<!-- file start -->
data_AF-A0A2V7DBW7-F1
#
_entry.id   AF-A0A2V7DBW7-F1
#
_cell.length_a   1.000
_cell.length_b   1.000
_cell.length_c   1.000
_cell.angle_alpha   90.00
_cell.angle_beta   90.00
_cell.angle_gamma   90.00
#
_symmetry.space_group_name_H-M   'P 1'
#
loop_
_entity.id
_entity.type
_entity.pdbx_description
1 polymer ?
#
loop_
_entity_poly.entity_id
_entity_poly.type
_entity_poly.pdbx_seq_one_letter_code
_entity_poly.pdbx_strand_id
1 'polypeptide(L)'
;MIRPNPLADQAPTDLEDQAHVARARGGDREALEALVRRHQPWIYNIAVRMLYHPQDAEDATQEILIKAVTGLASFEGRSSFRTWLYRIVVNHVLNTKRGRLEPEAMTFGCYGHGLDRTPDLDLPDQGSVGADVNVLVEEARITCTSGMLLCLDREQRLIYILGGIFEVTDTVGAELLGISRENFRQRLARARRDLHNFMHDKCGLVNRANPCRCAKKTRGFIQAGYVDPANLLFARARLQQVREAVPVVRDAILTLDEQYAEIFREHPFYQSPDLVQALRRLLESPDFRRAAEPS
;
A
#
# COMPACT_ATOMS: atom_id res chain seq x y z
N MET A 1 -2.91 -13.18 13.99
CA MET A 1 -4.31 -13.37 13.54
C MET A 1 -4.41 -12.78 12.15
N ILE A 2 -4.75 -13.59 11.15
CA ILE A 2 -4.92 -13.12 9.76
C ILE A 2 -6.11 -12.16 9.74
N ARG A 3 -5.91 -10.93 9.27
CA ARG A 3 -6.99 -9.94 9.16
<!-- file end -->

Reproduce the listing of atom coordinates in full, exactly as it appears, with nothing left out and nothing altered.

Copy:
data_AF-A0A2V7DBW7-F1
#
_entry.id   AF-A0A2V7DBW7-F1
#
_cell.length_a   1.000
_cell.length_b   1.000
_cell.length_c   1.000
_cell.angle_alpha   90.00
_cell.angle_beta   90.00
_cell.angle_gamma   90.00
#
_symmetry.space_group_name_H-M   'P 1'
#
loop_
_entity.id
_entity.type
_entity.pdbx_description
1 polymer ?
#
loop_
_entity_poly.entity_id
_entity_poly.type
_entity_poly.pdbx_seq_one_letter_code
_entity_poly.pdbx_strand_id
1 'polypeptide(L)'
;MIRPNPLADQAPTDLEDQAHVARARGGDREALEALVRRHQPWIYNIAVRMLYHPQDAEDATQEILIKAVTGLASFEGRSSFRTWLYRIVVNHVLNTKRGRLEPEAMTFGCYGHGLDRTPDLDLPDQGSVGADVNVLVEEARITCTSGMLLCLDREQRLIYILGGIFEVTDTVGAELLGISRENFRQRLARARRDLHNFMHDKCGLVNRANPCRCAKKTRGFIQAGYVDPANLLFARARLQQVREAVPVVRDAILTLDEQYAEIFREHPFYQSPDLVQALRRLLESPDFRRAAEPS
;
A
#
# COMPACT_ATOMS: atom_id res chain seq x y z
N MET A 1 -2.91 -13.18 13.99
CA MET A 1 -4.31 -13.37 13.54
C MET A 1 -4.41 -12.78 12.15
N ILE A 2 -4.75 -13.59 11.15
CA ILE A 2 -4.92 -13.12 9.76
C ILE A 2 -6.11 -12.16 9.74
N ARG A 3 -5.91 -10.93 9.27
CA ARG A 3 -6.99 -9.94 9.16